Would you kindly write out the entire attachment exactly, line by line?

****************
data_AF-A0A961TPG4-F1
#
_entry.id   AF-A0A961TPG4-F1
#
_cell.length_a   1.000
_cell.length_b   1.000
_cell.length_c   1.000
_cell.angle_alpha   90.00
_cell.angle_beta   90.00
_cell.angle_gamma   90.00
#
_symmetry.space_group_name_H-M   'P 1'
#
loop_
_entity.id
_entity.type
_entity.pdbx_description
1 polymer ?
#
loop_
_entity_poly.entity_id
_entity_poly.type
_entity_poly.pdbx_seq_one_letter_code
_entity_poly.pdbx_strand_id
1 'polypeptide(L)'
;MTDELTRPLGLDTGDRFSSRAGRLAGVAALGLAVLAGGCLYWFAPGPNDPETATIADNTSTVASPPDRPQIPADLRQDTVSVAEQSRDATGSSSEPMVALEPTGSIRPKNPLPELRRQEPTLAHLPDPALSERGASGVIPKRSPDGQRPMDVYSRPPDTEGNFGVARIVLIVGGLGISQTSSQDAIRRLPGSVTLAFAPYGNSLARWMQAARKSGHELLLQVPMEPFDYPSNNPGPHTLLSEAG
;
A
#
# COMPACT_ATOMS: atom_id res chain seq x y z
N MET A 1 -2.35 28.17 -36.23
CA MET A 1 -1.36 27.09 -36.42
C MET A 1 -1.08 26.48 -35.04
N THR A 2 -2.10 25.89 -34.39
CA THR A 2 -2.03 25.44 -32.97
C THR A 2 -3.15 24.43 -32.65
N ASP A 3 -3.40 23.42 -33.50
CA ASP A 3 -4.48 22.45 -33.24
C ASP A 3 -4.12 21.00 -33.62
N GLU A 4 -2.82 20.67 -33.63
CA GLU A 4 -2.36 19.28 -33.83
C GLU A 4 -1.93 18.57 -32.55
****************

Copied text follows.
data_AF-A0A961TPG4-F1
#
_entry.id   AF-A0A961TPG4-F1
#
_cell.length_a   1.000
_cell.length_b   1.000
_cell.length_c   1.000
_cell.angle_alpha   90.00
_cell.angle_beta   90.00
_cell.angle_gamma   90.00
#
_symmetry.space_group_name_H-M   'P 1'
#
loop_
_entity.id
_entity.type
_entity.pdbx_description
1 polymer ?
#
loop_
_entity_poly.entity_id
_entity_poly.type
_entity_poly.pdbx_seq_one_letter_code
_entity_poly.pdbx_strand_id
1 'polypeptide(L)'
;MTDELTRPLGLDTGDRFSSRAGRLAGVAALGLAVLAGGCLYWFAPGPNDPETATIADNTSTVASPPDRPQIPADLRQDTVSVAEQSRDATGSSSEPMVALEPTGSIRPKNPLPELRRQEPTLAHLPDPALSERGASGVIPKRSPDGQRPMDVYSRPPDTEGNFGVARIVLIVGGLGISQTSSQDAIRRLPGSVTLAFAPYGNSLARWMQAARKSGHELLLQVPMEPFDYPSNNPGPHTLLSEAG
;
A
#
# COMPACT_ATOMS: atom_id res chain seq x y z
N MET A 1 -2.35 28.17 -36.23
CA MET A 1 -1.36 27.09 -36.42
C MET A 1 -1.08 26.48 -35.04
N THR A 2 -2.10 25.89 -34.39
CA THR A 2 -2.03 25.44 -32.97
C THR A 2 -3.15 24.43 -32.65
N ASP A 3 -3.40 23.42 -33.50
CA ASP A 3 -4.48 22.45 -33.24
C ASP A 3 -4.12 21.00 -33.62
N GLU A 4 -2.82 20.67 -33.63
CA GLU A 4 -2.36 19.28 -33.83
C GLU A 4 -1.93 18.57 -32.55